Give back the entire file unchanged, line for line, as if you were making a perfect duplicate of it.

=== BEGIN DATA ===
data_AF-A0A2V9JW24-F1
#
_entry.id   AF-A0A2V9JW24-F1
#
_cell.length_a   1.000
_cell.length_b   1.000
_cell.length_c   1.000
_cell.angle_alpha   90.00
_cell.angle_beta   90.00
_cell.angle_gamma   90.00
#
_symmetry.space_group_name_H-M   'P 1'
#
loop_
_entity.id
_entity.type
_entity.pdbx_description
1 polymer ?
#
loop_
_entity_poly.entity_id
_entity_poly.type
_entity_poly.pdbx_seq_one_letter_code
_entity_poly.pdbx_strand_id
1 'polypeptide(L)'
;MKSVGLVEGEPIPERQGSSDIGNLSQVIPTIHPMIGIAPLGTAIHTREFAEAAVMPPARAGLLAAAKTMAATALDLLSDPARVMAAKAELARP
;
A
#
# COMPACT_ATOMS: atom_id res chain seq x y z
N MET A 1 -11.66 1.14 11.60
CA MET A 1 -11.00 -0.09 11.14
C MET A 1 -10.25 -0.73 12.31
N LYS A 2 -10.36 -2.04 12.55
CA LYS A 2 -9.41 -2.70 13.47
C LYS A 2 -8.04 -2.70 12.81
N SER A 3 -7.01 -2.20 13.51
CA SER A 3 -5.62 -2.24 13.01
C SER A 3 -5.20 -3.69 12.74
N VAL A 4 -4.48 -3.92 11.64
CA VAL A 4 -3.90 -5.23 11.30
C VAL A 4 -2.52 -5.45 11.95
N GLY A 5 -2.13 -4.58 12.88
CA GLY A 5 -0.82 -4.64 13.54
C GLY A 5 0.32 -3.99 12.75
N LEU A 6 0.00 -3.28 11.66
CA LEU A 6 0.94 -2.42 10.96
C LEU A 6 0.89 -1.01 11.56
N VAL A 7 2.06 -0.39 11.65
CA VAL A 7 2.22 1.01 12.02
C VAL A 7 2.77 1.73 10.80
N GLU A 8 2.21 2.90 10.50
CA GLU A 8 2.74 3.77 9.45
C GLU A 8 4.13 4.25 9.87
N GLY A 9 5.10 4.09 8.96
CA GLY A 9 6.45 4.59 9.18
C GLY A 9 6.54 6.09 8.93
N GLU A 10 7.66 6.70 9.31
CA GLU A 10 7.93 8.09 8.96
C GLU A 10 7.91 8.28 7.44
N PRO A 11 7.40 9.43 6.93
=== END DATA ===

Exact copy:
data_AF-A0A2V9JW24-F1
#
_entry.id   AF-A0A2V9JW24-F1
#
_cell.length_a   1.000
_cell.length_b   1.000
_cell.length_c   1.000
_cell.angle_alpha   90.00
_cell.angle_beta   90.00
_cell.angle_gamma   90.00
#
_symmetry.space_group_name_H-M   'P 1'
#
loop_
_entity.id
_entity.type
_entity.pdbx_description
1 polymer ?
#
loop_
_entity_poly.entity_id
_entity_poly.type
_entity_poly.pdbx_seq_one_letter_code
_entity_poly.pdbx_strand_id
1 'polypeptide(L)'
;MKSVGLVEGEPIPERQGSSDIGNLSQVIPTIHPMIGIAPLGTAIHTREFAEAAVMPPARAGLLAAAKTMAATALDLLSDPARVMAAKAELARP
;
A
#
# COMPACT_ATOMS: atom_id res chain seq x y z
N MET A 1 -11.66 1.14 11.60
CA MET A 1 -11.00 -0.09 11.14
C MET A 1 -10.25 -0.73 12.31
N LYS A 2 -10.36 -2.04 12.55
CA LYS A 2 -9.41 -2.70 13.47
C LYS A 2 -8.04 -2.70 12.81
N SER A 3 -7.01 -2.20 13.51
CA SER A 3 -5.62 -2.24 13.01
C SER A 3 -5.20 -3.69 12.74
N VAL A 4 -4.48 -3.92 11.64
CA VAL A 4 -3.90 -5.23 11.30
C VAL A 4 -2.52 -5.45 11.95
N GLY A 5 -2.13 -4.58 12.88
CA GLY A 5 -0.82 -4.64 13.54
C GLY A 5 0.32 -3.99 12.75
N LEU A 6 0.00 -3.28 11.66
CA LEU A 6 0.94 -2.42 10.96
C LEU A 6 0.89 -1.01 11.56
N VAL A 7 2.06 -0.39 11.65
CA VAL A 7 2.22 1.01 12.02
C VAL A 7 2.77 1.73 10.80
N GLU A 8 2.21 2.90 10.50
CA GLU A 8 2.74 3.77 9.45
C GLU A 8 4.13 4.25 9.87
N GLY A 9 5.10 4.09 8.96
CA GLY A 9 6.45 4.59 9.18
C GLY A 9 6.54 6.09 8.93
N GLU A 10 7.66 6.70 9.31
CA GLU A 10 7.93 8.09 8.96
C GLU A 10 7.91 8.28 7.44
N PRO A 11 7.40 9.43 6.93